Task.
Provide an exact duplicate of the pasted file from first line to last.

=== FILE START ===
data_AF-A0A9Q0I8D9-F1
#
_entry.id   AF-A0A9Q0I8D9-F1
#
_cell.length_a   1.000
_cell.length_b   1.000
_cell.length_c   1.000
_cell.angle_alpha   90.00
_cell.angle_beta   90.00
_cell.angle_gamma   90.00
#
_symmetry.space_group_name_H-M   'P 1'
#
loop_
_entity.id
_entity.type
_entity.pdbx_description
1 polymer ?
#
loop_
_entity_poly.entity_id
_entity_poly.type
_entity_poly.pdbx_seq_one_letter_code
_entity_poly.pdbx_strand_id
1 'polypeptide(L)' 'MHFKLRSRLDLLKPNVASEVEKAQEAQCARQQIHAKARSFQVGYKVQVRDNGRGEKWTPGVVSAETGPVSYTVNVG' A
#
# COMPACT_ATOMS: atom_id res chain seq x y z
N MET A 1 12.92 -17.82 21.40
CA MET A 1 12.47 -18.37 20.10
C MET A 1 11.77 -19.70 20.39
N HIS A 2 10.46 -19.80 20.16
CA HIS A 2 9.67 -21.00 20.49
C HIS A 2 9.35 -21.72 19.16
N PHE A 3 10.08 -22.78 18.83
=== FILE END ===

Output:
data_AF-A0A9Q0I8D9-F1
#
_entry.id   AF-A0A9Q0I8D9-F1
#
_cell.length_a   1.000
_cell.length_b   1.000
_cell.length_c   1.000
_cell.angle_alpha   90.00
_cell.angle_beta   90.00
_cell.angle_gamma   90.00
#
_symmetry.space_group_name_H-M   'P 1'
#
loop_
_entity.id
_entity.type
_entity.pdbx_description
1 polymer ?
#
loop_
_entity_poly.entity_id
_entity_poly.type
_entity_poly.pdbx_seq_one_letter_code
_entity_poly.pdbx_strand_id
1 'polypeptide(L)' 'MHFKLRSRLDLLKPNVASEVEKAQEAQCARQQIHAKARSFQVGYKVQVRDNGRGEKWTPGVVSAETGPVSYTVNVG' A
#
# COMPACT_ATOMS: atom_id res chain seq x y z
N MET A 1 12.92 -17.82 21.40
CA MET A 1 12.47 -18.37 20.10
C MET A 1 11.77 -19.70 20.39
N HIS A 2 10.46 -19.80 20.16
CA HIS A 2 9.67 -21.00 20.49
C HIS A 2 9.35 -21.72 19.16
N PHE A 3 10.08 -22.78 18.83